\[\prob \{|x^\top A x| \ge t \} \le \exp\left(- \frac{t}{\sqrt{2}\norm{A}_{\rm F}} \alpha \ln \frac{1}{\alpha} \right) \quad \text{for } t\ge \frac{\sqrt{2}\norm{A}_{\rm F}}{\alpha}.\]

The tail bound is minimized by taking \alpha = 1/\mathrm{e}, yielding the claimed result

    \[\prob \{|x^\top A x| \ge t \} \le \exp\left(- \frac{t}{\sqrt{2}\mathrm{e}\norm{A}_{\rm F}} \right) \quad \text{for } t\ge \sqrt{2}\mathrm{e}\norm{A}_{\rm F}.\]

Proof of Gaussian Hypercontractivity

Let’s prove the Gaussian hypercontractivity theorem. For simplicity, we will stick with the d = 1 case, but the higher-dimensional generalizations follow along similar lines. The key ingredient will be the Gaussian Jensen inequality, which made a prominent appearance in a previous blog post of mine. Here, we will only need the following version:

Theorem 6 (Gaussian Jensen). Let b : \real^2 \to \real be a twice differentiable function and let (x,\tilde{x}) \sim \operatorname{Normal}(0,\Sigma) be jointly Gaussian random variables with covariance matrix \Sigma. Then

(8)   \[b(\expect[h_1(x)], \expect[h_2(\tilde{x})]) \ge \expect [b(h_1(x),h_2(\tilde{x}))]\]

holds for all test functions h_1,h_2 : \real \to \real if, and only if,

(9)   \[\Sigma \circ \nabla^2 b \quad\text{is negative semidefinite on all of $\real^2$}.\]

Here, \circ denotes the entrywise product of matrices and \nabla^2 b : \real^2\to \real^{2\times 2} is the Hessian matrix of the function b.

To me, this proof of Gaussian hypercontractivity using Gaussian Jensen (adapted from Paata Ivanishvili‘s excellent post) is amazing. First, we reformulate the Gaussian hypercontractivity property a couple of times using some functional analysis tricks. Then we do a short calculation, invoke Gaussian Jensen, and the theorem is proved, almost as if by magic.

Part 1: Tricks

Let’s begin with “tricks” part of the argument.

Trick 1. To prove Gaussian hypercontractivity holds for all functions f, it is sufficient to prove for all nonnegative functions f\ge 0.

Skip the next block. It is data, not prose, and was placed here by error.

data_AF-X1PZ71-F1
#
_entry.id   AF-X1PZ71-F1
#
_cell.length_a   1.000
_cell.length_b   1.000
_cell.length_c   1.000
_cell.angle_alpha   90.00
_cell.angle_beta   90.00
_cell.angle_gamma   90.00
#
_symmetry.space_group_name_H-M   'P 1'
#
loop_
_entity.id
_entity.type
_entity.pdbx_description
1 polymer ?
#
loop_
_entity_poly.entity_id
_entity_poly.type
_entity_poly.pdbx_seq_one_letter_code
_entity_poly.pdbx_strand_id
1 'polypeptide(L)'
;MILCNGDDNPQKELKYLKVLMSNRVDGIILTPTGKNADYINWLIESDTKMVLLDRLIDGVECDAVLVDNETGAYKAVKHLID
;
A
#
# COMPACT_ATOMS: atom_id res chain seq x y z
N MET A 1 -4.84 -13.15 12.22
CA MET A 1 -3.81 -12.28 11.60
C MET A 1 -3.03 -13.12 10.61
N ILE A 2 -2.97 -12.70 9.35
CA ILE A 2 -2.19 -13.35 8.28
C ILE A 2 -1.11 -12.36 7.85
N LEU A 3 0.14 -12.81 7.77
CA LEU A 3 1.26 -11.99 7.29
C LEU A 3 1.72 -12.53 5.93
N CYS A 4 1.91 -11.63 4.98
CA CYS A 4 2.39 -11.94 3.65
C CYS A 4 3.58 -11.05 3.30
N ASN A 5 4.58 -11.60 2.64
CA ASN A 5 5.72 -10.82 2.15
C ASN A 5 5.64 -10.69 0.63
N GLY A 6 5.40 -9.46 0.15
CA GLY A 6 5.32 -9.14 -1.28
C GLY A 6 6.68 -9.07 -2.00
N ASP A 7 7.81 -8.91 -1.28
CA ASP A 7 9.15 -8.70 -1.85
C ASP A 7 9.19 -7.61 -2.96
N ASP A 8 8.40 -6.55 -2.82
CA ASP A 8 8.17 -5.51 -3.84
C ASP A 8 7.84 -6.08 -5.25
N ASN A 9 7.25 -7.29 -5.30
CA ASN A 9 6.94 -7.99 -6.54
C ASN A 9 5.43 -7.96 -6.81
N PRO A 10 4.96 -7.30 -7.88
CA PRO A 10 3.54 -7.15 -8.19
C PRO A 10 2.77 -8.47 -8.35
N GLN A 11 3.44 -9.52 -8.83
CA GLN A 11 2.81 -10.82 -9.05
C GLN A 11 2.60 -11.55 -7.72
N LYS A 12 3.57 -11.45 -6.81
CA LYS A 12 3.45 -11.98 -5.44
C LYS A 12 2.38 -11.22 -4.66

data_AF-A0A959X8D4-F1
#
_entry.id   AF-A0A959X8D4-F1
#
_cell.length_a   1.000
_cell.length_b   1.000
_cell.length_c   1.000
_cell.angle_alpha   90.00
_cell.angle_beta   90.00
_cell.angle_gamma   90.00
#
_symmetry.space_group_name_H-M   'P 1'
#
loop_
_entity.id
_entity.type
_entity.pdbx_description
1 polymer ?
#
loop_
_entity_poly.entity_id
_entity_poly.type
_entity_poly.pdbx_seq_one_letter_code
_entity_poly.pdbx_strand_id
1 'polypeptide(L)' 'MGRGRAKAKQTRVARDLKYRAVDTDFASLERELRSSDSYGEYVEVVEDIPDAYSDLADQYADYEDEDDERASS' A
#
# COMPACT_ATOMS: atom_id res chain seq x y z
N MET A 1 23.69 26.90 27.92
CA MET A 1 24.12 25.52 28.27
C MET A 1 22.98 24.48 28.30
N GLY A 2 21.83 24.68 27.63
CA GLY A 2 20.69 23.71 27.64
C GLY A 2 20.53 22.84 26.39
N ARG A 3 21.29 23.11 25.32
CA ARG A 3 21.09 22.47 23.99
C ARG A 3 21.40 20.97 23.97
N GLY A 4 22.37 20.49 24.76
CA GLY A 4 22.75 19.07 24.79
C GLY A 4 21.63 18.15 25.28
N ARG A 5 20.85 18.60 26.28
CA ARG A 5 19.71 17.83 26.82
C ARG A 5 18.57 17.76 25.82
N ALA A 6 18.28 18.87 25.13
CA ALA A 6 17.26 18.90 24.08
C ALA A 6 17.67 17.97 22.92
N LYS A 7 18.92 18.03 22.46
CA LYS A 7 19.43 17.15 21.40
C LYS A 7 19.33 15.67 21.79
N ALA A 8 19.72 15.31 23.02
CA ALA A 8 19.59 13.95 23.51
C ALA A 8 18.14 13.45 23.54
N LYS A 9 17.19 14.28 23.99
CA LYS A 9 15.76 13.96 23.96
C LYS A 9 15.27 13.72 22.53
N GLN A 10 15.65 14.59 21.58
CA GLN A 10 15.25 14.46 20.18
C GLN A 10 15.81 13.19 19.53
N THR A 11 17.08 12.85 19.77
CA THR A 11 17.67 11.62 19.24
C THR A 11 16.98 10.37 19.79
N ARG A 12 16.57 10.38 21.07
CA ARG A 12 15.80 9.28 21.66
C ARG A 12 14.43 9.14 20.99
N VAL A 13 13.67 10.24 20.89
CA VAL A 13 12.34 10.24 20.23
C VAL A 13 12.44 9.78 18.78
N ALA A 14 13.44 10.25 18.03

Indeed, suppose Gaussian hypercontractivity holds for all nonnegative functions f. Then, for any function f, apply Jensen’s inequality to conclude

    \begin{align*} T_\varrho |f|(x) &= \expect_{g\sim \operatorname{Normal}(0,1)} \left| f(\varrho x+\sqrt{1-\varrho^2}\cdot g)\right| \\&\ge \left| \expect_{g\sim \operatorname{Normal}(0,1)} f(\varrho x+\sqrt{1-\varrho^2}\cdot g)\right| \\&= |T_\varrho f(x)|.\end{align*}

Thus, assuming hypercontractivity holds for the nonnegative function |f|, we have

    \[\norm{T_\varrho f(x)}_{1+(p-1)/\varrho^2} \le \norm{T_\varrho |f|(x)}_{1+(p-1)/\varrho^2} \le \norm{|f|(x)}_p = \norm{f}_p.\]

Thus, the conclusion of the hypercontractivity theorem holds for f as well, and the Trick 1 is proven.

Trick 2. To prove Gaussian hypercontractivity for all f\ge 0, it is sufficient to prove the following “bilinearized” Gaussian hypercontractivity result:

    \[\expect[g(x) \cdot T_\varrho f(x)]\le \norm{g(x)}_{q'} \norm{f(x)}_p\]

holds for all g\ge 0 with \norm{g(x)}_{q'} < +\infty. Here, q'=q/(q-1) is the Hölder conjugate to q = 1+(p-1)/\varrho^2.

Indeed, this follows3This argument may be more clear to parse if we view f and g as functions on \real equipped with the standard Gaussian measure \gamma. This result is just duality for the L_q(\gamma) norm. from the dual characterization of the norm of T_\varrho f(x):

    \[\norm{T_\varrho f(x)}_q = \sup_{\substack{\norm{g(x)} < +\infty \\ g\ge 0}} \frac{\expect[g(x) \cdot T_\varrho f(x)]}{\norm{g(x)}_{q'}}.\]